questioning is the convention
of the “exhibition”—a degrading
word to describe an inferior means of
interacting with the arts. The “exhibition”
concept is actually another expression
of art-as-commodity, loot.
I think a good alternative, that is
becoming more and more difficult to
accomplish, can exist in making
painting that is in-place and can
be seen by the public at no cost.
But, even when one is able to do this
kind of work, the question of value
still exists. Now that the artist has
made something that escaped private
ownership with all of its monetary certainty
and existential ignorance, what is the
painting worth and to whom is it worth

The “public” that the artist has embraced
may or may not immediately validate his work
but since painting and publics both exist
in time, validation should be suspended in
favor of use. To deny use to the public
(public-as-patron, the public who will
die and the public who are not yet born)
is a form of demagoguery. Here are
some examples:

1. Egypt (defaced politicians)
2. Elgin marbles (imperialist thieves)
3. Byzantine (iconoclasts)
4. 15th Century Europe (Renaissance)
5. 15th Century Europe (New World)
6. World War II (vandalism)
7. Diego Rivera (revenge of the patron)
8. Serra (federal disgrace)
9. my work

                                               } past and present

10. Buddhas of Bamiyan

While the Germans were vandalizing
the great fresco cycles of Russia (as
surely as the Mongols), other Nazis,
of all nations, were looting the portable
treasures. Wealth + Portability = Survival
You restorers and conservators are supposed
to take care of these portable treasures
(and the historical work-in-place
that generates income from tourism.)
But what are Restorers and Conservators
to do with the painting that is not portable and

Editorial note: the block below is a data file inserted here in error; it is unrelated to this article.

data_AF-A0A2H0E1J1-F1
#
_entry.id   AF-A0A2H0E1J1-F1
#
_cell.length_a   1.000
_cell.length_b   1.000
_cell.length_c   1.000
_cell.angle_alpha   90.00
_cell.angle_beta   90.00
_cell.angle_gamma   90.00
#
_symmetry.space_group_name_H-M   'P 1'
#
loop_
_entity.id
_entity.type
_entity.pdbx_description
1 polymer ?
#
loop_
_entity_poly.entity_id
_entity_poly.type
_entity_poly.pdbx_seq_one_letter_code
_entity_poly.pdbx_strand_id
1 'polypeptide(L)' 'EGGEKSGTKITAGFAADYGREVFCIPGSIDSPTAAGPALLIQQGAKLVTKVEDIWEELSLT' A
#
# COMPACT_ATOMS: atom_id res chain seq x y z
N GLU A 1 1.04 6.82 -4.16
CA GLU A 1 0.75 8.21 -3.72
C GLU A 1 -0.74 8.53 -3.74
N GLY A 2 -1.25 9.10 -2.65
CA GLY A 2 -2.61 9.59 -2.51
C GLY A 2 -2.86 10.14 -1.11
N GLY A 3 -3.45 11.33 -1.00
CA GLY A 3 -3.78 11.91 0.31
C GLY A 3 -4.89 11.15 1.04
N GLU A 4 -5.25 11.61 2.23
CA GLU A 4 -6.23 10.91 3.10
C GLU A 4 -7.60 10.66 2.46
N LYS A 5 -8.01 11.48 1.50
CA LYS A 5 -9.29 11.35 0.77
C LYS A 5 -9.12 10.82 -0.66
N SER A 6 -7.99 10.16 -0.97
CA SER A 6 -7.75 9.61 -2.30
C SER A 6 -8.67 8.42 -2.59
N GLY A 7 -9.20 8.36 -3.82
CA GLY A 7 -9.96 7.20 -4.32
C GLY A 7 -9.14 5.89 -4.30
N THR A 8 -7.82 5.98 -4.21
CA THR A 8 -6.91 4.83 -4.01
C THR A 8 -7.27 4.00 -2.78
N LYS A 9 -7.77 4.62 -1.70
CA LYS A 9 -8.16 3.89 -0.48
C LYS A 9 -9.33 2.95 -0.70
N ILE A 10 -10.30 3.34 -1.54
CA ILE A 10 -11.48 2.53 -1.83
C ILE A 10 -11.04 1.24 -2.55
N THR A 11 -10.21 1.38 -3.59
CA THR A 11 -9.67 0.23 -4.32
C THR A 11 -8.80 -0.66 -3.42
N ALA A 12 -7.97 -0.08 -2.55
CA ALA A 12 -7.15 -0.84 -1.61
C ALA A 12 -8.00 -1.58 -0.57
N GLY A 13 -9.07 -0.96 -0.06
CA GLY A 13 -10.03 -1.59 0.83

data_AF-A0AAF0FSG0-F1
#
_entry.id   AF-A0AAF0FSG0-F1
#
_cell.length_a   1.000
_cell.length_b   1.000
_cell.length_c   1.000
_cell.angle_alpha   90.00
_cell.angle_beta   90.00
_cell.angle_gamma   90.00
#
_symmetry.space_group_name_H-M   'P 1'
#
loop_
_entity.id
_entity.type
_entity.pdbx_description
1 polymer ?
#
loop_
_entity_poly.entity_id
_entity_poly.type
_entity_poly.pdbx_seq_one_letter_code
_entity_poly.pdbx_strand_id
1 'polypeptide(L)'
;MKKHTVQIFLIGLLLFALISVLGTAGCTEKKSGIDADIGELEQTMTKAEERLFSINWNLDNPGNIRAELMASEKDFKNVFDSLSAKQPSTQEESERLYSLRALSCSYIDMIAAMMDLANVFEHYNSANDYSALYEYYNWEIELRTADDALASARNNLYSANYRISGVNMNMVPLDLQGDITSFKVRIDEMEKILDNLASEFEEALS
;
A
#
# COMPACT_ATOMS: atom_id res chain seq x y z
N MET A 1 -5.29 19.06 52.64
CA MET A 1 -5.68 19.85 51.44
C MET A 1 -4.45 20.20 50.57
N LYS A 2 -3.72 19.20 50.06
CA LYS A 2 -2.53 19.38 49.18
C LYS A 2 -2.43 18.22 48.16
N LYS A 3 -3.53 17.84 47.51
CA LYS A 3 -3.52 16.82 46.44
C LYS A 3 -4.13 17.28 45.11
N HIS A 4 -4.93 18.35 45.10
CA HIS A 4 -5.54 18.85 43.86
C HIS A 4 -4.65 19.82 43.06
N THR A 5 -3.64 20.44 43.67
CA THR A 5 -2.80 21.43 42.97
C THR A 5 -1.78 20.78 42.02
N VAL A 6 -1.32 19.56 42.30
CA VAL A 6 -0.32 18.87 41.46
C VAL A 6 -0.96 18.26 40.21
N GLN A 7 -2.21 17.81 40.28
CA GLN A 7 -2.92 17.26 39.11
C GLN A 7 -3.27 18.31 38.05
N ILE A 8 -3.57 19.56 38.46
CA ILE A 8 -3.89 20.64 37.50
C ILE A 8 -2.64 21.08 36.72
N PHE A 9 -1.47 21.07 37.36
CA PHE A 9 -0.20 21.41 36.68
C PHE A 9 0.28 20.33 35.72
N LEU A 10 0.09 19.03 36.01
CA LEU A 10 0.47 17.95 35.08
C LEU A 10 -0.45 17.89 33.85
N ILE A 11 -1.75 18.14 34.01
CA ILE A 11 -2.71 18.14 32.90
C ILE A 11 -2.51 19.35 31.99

is not of monetary value? What is
their role in protecting art that has
been made with public patronage?
Will they help preserve art that has been
deemed inappropriate by politicians,
or work that never made it to the
re-sale market? Or work that eludes
the taste of one moment only to appear
indispensable to a later public?

I’m saying that, minimally,
restorers should not help destroy art.
This obvious stance ought to be observed
in regard to both physical objects and
work that has been made for a specific
physical context. The Removal of painting
and sculpture from its intended context
must be avoided in all circumstances except
those that threaten the physical
existence of the work. (It would be
better to stop Athens’s pollution than to
turn the Acropolis into a glass-covered museum.)
Cultural, religious, economic, or political considerations are
never sufficient to allow for the destruction
of art.

If restorers approach their work
with respect for the intentions of the artist,
if they undertake an honest historical
investigation (including, when possible,
direct communication with the person
who made the art)…if they can do these
things, restoration can be more than
mortuarial plastic surgery or, at worst,
official vandalism. We all know
examples of work destroyed in
the name of restoration, preservation,
progress, and protection—done at
the behest of collectors, institutions,
dealers, auction houses, politicians,
and preachers. Restorers should not
be complicitous. The public has every
right to have its art maintained as
lovingly as the supposedly deathless
objects that are collected by our
mortal neighbors.


Alan Dugan